“Enough! I Am Done!”

At 14 years old, the man we are speaking of had finally had enough of the verbal and physical abuse he experienced at home and the shame he experienced at school from his learning disabilities. So he ran away from home and found himself, in the middle of winter, crying and lost in a subway station without food, warmth, or a place to go. A woman there took pity on him, brought him to her home, and gave him the first taste of kindness and real compassionate care he’d experienced in his life. Little did he know, this kindness was a manipulation that was to suck him down a dark black hole. It was the beginning of conscription into the trade of human sex trafficking.


Manipulated into becoming a human trafficker, he bought and sold slaves all over the world for 35 years. He experienced pimp wars (and was shot), running from the police, jail time, and more. But the most traumatic thing of all was living with himself and the way he treated the women and girls he trafficked.


In a depression, but knowing no other life, he flew to Columbia to pick up women to traffic to Canada. To get to the strip club where the women were waiting, he and his guides had to pass through a Cathedral to get to the other side of the city. It was there, inside the Church of San Francisco, that he experienced something completely unfamiliar to him. In the Cathedral, people sat in silent, peaceful devotion, praying for their loved ones. These people were generating feelings of peace and love from their own hearts, without reaching for anything external to get that. This unexpected and powerful feeling shook him at his core, and he fell to his knees crying from what he called, “the feeling of the Holy Spirit entering my body.” When his guides expressed their discomfort, he said, “Sit down. Shut up. We’re going to pray with these people.”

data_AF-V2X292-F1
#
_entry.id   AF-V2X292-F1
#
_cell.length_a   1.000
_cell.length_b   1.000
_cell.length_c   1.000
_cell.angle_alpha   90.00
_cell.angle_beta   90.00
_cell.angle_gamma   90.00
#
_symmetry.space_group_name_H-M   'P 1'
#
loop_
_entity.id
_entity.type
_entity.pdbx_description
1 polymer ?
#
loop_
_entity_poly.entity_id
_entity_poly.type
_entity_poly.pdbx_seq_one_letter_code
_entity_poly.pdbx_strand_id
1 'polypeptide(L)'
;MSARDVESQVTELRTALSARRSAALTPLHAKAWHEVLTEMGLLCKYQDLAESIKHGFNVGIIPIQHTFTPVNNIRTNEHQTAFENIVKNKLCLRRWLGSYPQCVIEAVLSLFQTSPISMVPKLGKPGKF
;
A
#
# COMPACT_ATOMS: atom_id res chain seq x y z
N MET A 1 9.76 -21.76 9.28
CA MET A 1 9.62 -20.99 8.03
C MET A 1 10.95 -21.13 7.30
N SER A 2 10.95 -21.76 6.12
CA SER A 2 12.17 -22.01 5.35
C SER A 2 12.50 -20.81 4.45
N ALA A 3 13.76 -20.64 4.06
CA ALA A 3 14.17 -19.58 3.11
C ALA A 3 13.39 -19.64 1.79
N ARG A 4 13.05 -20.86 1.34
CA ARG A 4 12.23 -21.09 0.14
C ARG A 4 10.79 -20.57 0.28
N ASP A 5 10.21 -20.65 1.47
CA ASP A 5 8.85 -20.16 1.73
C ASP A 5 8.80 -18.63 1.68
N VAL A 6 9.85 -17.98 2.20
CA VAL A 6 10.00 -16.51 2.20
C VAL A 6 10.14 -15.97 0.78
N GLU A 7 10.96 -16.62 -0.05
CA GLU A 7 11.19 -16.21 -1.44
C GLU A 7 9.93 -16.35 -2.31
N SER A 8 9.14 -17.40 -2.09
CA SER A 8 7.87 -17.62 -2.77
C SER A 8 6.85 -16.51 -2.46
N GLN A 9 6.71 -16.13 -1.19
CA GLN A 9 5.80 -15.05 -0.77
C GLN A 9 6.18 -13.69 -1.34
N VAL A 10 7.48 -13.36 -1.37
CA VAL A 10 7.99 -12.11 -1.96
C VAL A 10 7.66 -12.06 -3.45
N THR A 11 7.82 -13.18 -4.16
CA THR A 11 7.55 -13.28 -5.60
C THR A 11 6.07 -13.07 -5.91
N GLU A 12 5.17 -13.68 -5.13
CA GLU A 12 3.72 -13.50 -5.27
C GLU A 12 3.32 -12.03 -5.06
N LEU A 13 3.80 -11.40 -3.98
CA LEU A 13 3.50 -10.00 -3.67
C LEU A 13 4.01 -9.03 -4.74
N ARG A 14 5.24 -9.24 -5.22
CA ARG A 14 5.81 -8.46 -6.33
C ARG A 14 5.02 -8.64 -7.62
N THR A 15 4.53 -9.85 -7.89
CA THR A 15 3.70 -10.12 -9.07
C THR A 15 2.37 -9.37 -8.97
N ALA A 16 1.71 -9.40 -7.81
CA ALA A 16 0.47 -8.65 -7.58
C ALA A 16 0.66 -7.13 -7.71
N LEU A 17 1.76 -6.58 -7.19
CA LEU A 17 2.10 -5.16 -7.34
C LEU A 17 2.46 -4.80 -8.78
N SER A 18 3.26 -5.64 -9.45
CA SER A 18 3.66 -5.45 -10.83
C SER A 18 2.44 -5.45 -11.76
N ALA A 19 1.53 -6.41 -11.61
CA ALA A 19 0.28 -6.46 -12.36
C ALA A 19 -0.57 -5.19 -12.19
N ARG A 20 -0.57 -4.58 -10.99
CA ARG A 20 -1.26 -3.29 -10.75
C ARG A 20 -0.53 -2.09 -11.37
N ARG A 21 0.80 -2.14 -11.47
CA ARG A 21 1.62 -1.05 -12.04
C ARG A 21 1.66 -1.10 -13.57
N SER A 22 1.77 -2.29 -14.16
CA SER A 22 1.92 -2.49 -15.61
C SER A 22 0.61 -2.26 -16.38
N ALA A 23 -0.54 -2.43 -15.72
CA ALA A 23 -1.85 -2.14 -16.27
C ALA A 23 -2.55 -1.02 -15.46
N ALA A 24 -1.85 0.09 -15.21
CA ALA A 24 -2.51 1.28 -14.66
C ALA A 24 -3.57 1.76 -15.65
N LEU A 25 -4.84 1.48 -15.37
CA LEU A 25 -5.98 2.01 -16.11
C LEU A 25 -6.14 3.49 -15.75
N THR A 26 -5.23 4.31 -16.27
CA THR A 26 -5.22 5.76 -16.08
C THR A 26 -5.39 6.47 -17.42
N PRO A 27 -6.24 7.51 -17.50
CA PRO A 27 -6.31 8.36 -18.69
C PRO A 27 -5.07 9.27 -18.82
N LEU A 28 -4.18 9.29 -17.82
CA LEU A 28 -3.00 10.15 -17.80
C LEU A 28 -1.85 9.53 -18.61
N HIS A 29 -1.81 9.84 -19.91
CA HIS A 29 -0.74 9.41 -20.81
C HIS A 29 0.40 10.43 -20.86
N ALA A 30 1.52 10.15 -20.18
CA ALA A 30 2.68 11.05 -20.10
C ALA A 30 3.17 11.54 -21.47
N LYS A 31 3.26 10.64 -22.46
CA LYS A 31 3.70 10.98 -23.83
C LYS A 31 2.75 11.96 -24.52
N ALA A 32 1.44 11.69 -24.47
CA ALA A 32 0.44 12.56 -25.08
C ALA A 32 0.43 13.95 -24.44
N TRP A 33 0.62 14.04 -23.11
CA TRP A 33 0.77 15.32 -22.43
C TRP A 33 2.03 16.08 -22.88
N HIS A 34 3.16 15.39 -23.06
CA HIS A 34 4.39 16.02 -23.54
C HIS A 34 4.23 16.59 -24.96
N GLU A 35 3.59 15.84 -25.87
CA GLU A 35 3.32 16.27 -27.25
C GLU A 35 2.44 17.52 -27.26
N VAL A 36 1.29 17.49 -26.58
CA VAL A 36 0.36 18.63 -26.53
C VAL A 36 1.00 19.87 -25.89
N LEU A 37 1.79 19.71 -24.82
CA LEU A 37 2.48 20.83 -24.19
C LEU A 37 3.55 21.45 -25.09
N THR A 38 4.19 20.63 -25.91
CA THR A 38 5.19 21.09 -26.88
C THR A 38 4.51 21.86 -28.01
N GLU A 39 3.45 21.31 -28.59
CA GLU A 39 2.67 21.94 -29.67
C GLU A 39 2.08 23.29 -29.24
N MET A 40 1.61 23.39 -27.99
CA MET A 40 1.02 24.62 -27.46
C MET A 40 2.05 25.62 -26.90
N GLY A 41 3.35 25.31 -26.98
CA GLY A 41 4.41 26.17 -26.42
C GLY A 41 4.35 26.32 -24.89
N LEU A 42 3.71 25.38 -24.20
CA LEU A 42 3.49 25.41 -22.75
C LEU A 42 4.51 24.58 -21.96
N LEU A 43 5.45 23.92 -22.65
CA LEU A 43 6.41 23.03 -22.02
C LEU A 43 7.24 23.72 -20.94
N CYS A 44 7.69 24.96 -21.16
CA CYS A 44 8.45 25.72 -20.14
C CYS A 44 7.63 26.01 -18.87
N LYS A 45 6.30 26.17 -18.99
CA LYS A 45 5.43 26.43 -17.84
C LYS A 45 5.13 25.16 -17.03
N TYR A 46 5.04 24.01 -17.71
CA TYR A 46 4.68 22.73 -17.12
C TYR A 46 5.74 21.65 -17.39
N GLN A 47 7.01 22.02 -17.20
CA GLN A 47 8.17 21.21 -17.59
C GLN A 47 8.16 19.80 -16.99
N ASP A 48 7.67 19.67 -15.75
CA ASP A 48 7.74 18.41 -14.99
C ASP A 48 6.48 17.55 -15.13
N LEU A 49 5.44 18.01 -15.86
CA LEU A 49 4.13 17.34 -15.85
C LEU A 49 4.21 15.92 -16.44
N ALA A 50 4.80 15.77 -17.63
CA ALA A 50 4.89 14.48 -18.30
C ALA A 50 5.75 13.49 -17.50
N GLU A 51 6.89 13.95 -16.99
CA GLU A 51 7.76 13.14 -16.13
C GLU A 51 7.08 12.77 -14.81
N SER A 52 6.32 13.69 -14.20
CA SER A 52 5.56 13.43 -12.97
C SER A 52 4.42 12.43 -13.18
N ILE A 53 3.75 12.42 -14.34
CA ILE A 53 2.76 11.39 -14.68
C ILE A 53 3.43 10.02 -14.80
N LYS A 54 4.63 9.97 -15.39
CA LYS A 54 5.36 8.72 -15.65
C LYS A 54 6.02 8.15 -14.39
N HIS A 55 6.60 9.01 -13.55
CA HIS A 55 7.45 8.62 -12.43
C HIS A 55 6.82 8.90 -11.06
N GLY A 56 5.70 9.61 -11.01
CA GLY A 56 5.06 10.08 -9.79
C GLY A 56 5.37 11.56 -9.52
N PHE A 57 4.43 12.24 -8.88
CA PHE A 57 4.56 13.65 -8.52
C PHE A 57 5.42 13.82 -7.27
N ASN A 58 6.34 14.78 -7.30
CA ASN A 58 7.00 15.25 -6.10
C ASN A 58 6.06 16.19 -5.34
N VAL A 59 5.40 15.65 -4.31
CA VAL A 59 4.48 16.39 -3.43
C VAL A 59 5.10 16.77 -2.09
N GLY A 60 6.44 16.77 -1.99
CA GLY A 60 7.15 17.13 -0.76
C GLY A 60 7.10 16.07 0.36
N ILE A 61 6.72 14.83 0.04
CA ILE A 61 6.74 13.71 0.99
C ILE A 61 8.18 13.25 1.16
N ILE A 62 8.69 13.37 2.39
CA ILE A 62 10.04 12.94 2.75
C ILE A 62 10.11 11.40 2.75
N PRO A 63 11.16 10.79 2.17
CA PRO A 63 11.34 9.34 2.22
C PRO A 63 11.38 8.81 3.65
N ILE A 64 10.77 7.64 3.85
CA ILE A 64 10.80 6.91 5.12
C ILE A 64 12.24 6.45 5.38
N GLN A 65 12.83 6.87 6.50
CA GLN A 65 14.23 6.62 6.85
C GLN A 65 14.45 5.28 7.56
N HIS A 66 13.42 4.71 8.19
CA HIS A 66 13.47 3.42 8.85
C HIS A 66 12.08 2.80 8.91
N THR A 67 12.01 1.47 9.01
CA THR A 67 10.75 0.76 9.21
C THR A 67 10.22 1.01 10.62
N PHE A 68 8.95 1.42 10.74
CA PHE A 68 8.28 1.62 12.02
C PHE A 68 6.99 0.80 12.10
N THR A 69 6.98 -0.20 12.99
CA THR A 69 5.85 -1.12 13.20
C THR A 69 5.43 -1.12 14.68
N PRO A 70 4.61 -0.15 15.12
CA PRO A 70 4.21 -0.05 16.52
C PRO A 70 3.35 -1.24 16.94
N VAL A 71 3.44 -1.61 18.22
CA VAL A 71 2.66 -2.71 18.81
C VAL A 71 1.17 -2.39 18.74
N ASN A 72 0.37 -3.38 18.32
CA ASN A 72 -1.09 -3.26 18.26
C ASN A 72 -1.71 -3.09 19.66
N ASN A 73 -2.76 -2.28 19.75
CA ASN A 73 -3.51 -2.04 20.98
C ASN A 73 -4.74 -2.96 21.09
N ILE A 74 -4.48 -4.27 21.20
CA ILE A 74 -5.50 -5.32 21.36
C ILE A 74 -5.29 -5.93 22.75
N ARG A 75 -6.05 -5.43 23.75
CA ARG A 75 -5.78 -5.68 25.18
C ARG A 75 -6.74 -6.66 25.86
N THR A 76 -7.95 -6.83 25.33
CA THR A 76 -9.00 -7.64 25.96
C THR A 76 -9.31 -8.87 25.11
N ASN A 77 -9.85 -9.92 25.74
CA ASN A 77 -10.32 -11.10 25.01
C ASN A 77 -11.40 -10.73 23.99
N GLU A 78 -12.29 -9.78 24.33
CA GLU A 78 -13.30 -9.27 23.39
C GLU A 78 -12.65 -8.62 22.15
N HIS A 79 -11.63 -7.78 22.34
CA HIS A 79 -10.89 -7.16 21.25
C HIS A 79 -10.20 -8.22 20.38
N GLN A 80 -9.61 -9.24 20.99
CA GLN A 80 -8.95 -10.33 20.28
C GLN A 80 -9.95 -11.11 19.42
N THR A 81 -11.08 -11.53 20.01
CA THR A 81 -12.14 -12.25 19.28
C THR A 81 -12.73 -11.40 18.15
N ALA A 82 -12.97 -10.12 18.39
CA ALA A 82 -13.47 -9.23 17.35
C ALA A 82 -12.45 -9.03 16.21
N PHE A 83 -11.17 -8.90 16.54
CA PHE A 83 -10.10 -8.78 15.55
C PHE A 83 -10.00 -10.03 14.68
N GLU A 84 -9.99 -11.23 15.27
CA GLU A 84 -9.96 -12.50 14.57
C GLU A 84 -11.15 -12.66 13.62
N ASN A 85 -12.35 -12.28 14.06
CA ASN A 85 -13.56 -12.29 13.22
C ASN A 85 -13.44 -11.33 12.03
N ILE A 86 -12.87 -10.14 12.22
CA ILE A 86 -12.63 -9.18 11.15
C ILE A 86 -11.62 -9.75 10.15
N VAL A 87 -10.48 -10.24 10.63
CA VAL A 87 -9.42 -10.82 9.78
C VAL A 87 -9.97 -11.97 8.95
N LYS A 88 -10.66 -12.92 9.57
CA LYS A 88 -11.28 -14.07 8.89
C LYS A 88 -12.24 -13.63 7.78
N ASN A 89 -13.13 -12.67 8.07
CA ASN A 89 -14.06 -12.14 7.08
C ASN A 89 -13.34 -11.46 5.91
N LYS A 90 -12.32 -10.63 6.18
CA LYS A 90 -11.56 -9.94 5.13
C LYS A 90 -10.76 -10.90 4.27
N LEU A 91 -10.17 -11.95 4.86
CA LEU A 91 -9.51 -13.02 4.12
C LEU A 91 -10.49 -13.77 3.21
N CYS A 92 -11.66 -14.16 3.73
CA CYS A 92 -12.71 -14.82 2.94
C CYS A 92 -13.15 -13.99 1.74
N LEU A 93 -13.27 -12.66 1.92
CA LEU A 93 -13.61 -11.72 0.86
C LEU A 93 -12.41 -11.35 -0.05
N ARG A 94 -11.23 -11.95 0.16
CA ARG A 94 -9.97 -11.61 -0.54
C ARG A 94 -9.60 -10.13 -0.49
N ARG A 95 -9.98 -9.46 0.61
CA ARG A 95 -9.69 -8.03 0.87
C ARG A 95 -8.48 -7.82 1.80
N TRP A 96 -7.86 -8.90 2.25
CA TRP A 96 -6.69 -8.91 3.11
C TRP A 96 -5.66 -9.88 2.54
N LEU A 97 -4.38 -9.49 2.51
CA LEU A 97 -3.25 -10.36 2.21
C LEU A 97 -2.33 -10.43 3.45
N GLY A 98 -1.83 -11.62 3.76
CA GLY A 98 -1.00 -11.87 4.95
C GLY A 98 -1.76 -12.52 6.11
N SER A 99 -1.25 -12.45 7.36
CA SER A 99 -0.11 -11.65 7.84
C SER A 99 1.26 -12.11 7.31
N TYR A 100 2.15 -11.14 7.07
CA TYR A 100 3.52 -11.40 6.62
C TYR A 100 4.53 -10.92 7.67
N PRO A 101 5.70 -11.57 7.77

For eight hours he sat there soaking in a sense of heart he had never known. And that heartfelt experience gave him the power to say, “Enough! I’m done!” From that moment forward, he quit the human trafficking world cold turkey. Walking away from this world is not something most people live to tell about, but he had the power of an awakened heart on his side.


This was just the beginning of a long healing journey. He was haunted by nightmares of the things he had done, and physical symptoms from remorse and self hatred and years of stress starting with his own abuse and leading to his abuse of others. He had heart attacks, ulcers, and nearly died several times. There was also the constant pull to return to “the life” because he’d had no other education or vocational training, and ended up living in a homeless shelter. Old cronies would come around in fancy cars and clothes promising him big bucks if he would do a “job” for them. But he was able to recreate in his heart of awareness with Sheva’s guidance the feeling that had transformed him in the Cathedral. This empowered him to stay true to his course in the face of the many pulls and obstacles, and to be free of the world that had trapped him as a child. Little by little, he was able to heal his physical symptoms of PTSD. He found a vocational training that empowered him to study personal training so he could find meaningful and dignified work.


Today, he has been “free” (his word) of the prison of the human trafficking world for 12 years. He collaborates with NGO’s to help fight human trafficking. He has spoken at the United Nations as well as to high school students at risk of getting involved in “the life” to help protect them and encourage them to create a better future for themselves and others. At times with great personal risk, he helps to rescue victims of human trafficking, bringing the very unique perspective of having been a trafficker at one time himself. He attributes all of this success and capacity to make a difference in the world to his connection to spirit and his non-negotiable commitment to that relationship above all else – even above his physical survival.



(Interviewed by Harriet Watson, Oasis Magazine)